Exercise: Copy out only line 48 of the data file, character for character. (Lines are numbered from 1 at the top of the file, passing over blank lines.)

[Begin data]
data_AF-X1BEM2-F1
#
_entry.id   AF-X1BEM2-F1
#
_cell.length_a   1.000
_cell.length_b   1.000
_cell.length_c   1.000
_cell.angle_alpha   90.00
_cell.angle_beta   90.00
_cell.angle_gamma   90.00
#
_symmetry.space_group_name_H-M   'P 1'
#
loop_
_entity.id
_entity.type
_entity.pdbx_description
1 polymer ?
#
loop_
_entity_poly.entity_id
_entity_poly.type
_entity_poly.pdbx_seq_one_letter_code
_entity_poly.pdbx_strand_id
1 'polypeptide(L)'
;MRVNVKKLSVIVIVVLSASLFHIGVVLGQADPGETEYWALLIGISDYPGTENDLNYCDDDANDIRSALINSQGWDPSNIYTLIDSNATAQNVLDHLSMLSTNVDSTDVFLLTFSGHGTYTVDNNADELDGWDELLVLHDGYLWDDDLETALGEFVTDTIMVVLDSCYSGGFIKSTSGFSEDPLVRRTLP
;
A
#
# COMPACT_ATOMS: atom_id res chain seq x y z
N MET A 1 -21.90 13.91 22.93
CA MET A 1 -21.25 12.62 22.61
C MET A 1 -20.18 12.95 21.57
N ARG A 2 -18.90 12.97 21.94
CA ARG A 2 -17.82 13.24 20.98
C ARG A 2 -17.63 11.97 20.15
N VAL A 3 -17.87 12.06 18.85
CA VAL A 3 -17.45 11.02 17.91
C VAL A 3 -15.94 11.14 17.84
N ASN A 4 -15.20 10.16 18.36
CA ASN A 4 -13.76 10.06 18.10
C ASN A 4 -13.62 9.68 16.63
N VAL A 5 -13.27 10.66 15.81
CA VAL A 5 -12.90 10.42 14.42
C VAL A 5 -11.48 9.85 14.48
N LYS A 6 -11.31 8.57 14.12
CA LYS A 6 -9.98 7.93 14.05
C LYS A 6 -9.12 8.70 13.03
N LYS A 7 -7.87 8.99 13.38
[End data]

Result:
C LYS A 6 -9.12 8.70 13.03